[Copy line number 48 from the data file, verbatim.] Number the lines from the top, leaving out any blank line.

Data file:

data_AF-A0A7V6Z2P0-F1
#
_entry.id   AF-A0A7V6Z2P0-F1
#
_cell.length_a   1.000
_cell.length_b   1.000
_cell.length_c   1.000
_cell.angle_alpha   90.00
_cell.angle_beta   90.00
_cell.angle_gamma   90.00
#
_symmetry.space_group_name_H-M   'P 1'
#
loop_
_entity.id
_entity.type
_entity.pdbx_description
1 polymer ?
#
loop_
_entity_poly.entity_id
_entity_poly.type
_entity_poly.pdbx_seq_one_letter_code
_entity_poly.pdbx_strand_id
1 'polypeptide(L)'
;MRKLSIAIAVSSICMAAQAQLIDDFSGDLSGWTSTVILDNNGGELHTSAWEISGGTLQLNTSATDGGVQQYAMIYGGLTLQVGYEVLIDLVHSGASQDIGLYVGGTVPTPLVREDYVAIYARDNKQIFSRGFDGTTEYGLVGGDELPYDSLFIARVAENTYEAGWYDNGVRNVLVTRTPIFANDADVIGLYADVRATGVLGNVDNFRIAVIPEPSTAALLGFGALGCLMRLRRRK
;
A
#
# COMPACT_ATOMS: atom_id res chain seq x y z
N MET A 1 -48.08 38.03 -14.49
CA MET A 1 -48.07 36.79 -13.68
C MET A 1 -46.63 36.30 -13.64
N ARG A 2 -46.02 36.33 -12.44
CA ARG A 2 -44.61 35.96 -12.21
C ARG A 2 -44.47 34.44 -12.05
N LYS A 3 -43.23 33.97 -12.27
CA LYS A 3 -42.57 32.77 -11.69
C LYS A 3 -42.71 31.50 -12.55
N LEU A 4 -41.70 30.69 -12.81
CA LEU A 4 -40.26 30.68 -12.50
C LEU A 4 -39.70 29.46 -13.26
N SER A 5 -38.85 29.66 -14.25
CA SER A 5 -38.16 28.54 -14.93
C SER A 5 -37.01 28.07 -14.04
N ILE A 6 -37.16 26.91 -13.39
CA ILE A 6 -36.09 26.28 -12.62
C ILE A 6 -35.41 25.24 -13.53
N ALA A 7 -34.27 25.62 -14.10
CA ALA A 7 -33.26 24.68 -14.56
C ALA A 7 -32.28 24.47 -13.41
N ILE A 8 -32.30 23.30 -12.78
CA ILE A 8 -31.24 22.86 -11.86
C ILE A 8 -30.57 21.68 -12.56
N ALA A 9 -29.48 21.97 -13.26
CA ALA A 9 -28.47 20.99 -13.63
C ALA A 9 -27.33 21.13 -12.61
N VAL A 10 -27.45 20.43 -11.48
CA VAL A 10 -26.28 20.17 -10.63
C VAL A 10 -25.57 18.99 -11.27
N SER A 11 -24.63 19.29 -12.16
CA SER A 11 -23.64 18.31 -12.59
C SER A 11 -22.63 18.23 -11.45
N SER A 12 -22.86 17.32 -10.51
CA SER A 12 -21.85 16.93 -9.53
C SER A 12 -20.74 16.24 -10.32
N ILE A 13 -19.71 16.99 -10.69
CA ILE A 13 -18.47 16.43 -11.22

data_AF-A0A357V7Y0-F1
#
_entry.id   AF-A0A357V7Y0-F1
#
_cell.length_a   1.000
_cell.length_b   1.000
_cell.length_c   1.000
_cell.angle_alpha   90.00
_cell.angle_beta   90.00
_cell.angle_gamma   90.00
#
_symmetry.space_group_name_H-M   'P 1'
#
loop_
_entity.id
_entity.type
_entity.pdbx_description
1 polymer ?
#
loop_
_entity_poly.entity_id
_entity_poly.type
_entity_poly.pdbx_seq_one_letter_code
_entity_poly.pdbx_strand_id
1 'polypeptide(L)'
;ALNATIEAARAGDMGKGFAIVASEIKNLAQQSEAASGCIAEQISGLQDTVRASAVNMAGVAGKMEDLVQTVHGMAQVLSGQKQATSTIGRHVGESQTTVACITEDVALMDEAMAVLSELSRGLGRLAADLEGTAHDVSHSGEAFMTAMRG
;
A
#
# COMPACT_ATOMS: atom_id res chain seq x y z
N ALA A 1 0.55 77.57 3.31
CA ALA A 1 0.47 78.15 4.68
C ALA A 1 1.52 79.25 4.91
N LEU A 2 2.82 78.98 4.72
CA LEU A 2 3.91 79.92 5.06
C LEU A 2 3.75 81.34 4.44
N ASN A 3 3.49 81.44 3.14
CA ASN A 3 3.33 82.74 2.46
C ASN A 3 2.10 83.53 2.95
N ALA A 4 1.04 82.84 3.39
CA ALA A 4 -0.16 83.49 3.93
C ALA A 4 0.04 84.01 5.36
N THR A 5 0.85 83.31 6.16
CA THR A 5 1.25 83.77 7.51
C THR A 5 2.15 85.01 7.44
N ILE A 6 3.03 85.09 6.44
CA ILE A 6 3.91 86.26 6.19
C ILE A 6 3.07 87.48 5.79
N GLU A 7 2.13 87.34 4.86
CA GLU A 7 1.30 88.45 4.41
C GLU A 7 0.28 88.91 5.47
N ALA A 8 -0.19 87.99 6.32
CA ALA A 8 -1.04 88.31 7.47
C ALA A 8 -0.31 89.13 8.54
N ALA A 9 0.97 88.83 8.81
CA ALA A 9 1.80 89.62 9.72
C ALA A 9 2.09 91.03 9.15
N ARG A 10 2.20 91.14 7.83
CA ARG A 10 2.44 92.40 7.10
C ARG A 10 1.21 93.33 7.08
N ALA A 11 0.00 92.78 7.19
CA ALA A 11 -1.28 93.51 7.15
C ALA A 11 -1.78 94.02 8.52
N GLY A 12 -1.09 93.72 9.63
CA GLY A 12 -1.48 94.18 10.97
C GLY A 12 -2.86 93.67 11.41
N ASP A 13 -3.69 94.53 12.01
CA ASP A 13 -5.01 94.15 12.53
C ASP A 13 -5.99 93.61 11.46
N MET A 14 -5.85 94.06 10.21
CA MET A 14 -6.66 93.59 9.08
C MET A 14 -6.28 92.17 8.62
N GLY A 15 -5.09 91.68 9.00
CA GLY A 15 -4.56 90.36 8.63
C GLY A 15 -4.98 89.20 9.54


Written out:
C ILE A 6 -35.41 25.24 -13.53